The majority of my recent backpack purchases have been to haul gear for the family, but this time I was in search of one just for me. Because of that, I wanted something lightweight, well built, and with superb versatility. After some research, I decided the Gregory Paragon 48 fit my needs on paper, so it was time to put it to the test along the Front Range.
Gregory Paragon 48 Features:
- Fully-adjustable fit
- Separate sleeping bag compartment
- 6 exterior pockets
- Aerolon Suspension features aluminum frame and Matrix foam ventilation
- Hydration sleeve compatible
- Top/bottom style pack access
- Includes rain cover
- Gear Capacity M/L: 48L, S/M: 45L
- Weight: M/L: 3 lbs. 3 oz, S/M: 2 lbs. 15 oz.
- Fits Torso: M/L: 18 – 22 inches, S/M: 15 – 18 inches
- Fits Waist/Hips: M/L: 29 – 53 inches, S/M: 27 – 48 inches
- Dimensions: M/L: 29 x 13 x 10 inches, S/M: 27 x 13 x 10 inches
- Price: $179.95
Achieving the Proper Fit
I’ll tell you my biggest gripe about packs: I have a hard time finding packs that fit me well. I’ve been measured and I’ve bought packs with a lot of adjustments. Still, I’ve had a lot of packs that don’t fit me or don’t ride well on the trail.
The crazy thing is that with the Gregory Paragon 48 the sizing was spot-on and the adjustments were easy. I got the fit dialed in very quickly. The Paragon 48 has unlocked the comfort badge in my book with its EVA foam shoulder straps and wide waist belt that makes carrying a loaded pack a breeze.
There’s a lot of versatility built into the organization of the Paragon 48. The main body of the pack is wide open with only a hydration bladder sleeve. The zippered sleeping back compartment is an added bonus in the classic location at the bottom of the pack, which also opens up into the main body so you can access your gear from either end of the pack.
At 48L, the volume is large enough that you can go for a well stocked weekend, or a lighter multi-day trip. So far I’ve kept things on the light end with the Paragon packing for only overnighters sleeping under the stars. In that mode, I was able to go lightweight and simple and I had unused space in the main compartment.
The detachable lid features two pockets. One slimmer pocket which is perfect for providing quick access to those things you use more frequently (snacks, map, or pocket water filter). The larger pocket is great for items like your headlamp, beanie, multi-tool, etc. And, since the lid is also removable, you can ditch it to shed a few ounces and simplify the pack.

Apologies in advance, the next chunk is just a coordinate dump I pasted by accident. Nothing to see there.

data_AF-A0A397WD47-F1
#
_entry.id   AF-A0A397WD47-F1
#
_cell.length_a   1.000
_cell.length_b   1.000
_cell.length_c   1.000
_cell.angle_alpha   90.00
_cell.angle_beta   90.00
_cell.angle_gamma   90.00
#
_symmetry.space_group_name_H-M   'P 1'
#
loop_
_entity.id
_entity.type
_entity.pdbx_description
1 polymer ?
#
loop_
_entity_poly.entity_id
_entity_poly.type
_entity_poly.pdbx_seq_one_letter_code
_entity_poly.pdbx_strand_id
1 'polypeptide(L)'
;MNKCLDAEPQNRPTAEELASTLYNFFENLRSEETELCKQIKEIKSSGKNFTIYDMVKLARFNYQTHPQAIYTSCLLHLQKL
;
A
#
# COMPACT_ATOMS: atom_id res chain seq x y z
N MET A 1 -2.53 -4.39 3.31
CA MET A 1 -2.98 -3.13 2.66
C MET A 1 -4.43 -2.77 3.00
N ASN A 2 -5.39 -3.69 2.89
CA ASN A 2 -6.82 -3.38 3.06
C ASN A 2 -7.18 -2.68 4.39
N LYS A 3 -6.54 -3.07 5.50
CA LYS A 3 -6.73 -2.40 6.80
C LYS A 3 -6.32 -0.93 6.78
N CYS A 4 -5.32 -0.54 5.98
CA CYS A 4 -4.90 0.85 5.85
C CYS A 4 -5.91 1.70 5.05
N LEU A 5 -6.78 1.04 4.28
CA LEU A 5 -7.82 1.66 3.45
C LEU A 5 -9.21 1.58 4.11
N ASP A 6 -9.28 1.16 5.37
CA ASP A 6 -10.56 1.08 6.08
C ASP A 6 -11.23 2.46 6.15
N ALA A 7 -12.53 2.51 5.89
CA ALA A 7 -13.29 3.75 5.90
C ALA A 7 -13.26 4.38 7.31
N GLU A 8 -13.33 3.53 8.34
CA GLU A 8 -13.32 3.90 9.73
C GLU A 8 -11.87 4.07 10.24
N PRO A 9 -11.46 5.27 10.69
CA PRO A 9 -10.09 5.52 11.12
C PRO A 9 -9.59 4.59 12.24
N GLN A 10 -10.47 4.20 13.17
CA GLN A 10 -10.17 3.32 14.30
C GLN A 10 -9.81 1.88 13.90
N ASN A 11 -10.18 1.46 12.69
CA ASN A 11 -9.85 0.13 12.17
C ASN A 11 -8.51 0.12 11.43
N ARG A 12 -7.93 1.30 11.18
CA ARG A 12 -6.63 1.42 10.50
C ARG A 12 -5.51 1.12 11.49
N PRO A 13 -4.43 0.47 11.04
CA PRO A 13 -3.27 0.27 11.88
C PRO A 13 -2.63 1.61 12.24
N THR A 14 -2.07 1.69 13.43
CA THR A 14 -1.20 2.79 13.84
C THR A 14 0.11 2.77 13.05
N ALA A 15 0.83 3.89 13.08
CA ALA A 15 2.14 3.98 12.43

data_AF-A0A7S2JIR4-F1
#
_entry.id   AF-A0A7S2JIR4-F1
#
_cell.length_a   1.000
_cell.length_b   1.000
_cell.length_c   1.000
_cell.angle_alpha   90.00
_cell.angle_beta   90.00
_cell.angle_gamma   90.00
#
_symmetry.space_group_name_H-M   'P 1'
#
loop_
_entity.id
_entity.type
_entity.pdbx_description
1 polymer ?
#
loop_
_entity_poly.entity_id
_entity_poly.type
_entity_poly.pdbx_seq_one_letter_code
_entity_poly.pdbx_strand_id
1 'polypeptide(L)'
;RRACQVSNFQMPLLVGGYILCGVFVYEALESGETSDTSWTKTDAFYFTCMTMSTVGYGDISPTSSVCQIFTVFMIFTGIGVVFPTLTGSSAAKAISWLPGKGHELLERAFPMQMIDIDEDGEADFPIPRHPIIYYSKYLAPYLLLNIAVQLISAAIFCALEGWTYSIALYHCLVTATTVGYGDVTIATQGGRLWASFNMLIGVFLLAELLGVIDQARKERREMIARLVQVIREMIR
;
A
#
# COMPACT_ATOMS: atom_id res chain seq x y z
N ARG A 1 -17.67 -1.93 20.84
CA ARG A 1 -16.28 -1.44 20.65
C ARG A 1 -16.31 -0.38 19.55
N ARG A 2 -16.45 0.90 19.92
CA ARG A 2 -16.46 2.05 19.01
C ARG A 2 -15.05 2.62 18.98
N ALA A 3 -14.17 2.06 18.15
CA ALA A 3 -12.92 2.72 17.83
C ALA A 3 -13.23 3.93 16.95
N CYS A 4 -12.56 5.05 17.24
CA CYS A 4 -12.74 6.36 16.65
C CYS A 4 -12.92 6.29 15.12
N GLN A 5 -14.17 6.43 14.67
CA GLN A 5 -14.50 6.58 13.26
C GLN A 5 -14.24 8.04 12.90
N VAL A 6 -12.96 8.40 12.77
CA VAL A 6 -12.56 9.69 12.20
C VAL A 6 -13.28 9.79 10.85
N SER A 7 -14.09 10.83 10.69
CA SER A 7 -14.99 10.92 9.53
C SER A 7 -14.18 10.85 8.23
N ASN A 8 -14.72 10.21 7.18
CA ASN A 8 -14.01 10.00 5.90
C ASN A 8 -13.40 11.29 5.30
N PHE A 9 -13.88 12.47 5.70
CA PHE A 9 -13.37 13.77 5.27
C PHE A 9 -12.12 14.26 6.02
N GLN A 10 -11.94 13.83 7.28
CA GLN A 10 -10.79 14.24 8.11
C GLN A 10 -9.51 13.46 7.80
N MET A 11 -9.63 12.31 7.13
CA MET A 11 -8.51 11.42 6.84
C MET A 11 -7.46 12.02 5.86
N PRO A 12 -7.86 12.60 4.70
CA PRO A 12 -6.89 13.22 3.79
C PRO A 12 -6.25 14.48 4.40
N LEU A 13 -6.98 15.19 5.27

The front of the pack features a large, mesh pocket. You know how versatile these can be. Contents are secure with a single buckle at the top of the pocket. My favorite use has been for stowing my rainjacket or an insulating layer that I put on during stops.
Two large, mesh water bottle pockets round out the sides of the pack. They are big enough to fit a standard Nalgene. Compression straps can help keep your contents in. Just don’t count on them to keep small items in place during demanding maneuvers on the trail. As an aside, the larger Paragon models feature bottle pockets that are accessed from the front — allowing easier access while wearing the pack. Unfortunately, you won’t find these on the 48 (it’s on my wishlist).
This pack also includes a few smaller stow options as well. You’ll find ice axe/trekking pole straps on the front of the pack and the hipbelt features two pockets, one mesh, one not. These are big enough for snacks or a small point-and-shoot camera. Smaller smartphones will also fit. Unfortunately, my Nexus 6P wouldn’t fit. The shoulder strap includes what they call “sunglass quickstow system.” This works great to keep your sunglasses ready and out of the way. All of these features add up to a lot for this small and light of a package.
As mentioned, the EVA foam shoulder straps and waist belt provide quality cushioning under load. The back panel is cut-out foam with mesh, similar to the shoulder straps, with the goal of increasing airflow and prevent sweaty back. It does a decent job of promoting airflow, though I did still get hot and sticky under it. I’ll add that the aluminum frame kept things steady to boot.
- Packed with a lot of features for a lighter-weight pack
- Rides well and carries weight nicely
- Good performance for the weight
- Wish it had the front facing water bottle pockets like the larger Paragon packs
- If you are highly organized, you might wish for a few more organization options
The Bottom line: Gregory Paragon 48
At sub-four pounds, the Paragon 48 is a great pack. It’s feature-rich, rides well, and is well made. This size and feature-set is great for overnight trips or multi-day adventures alike.
Buy Now: Available at REI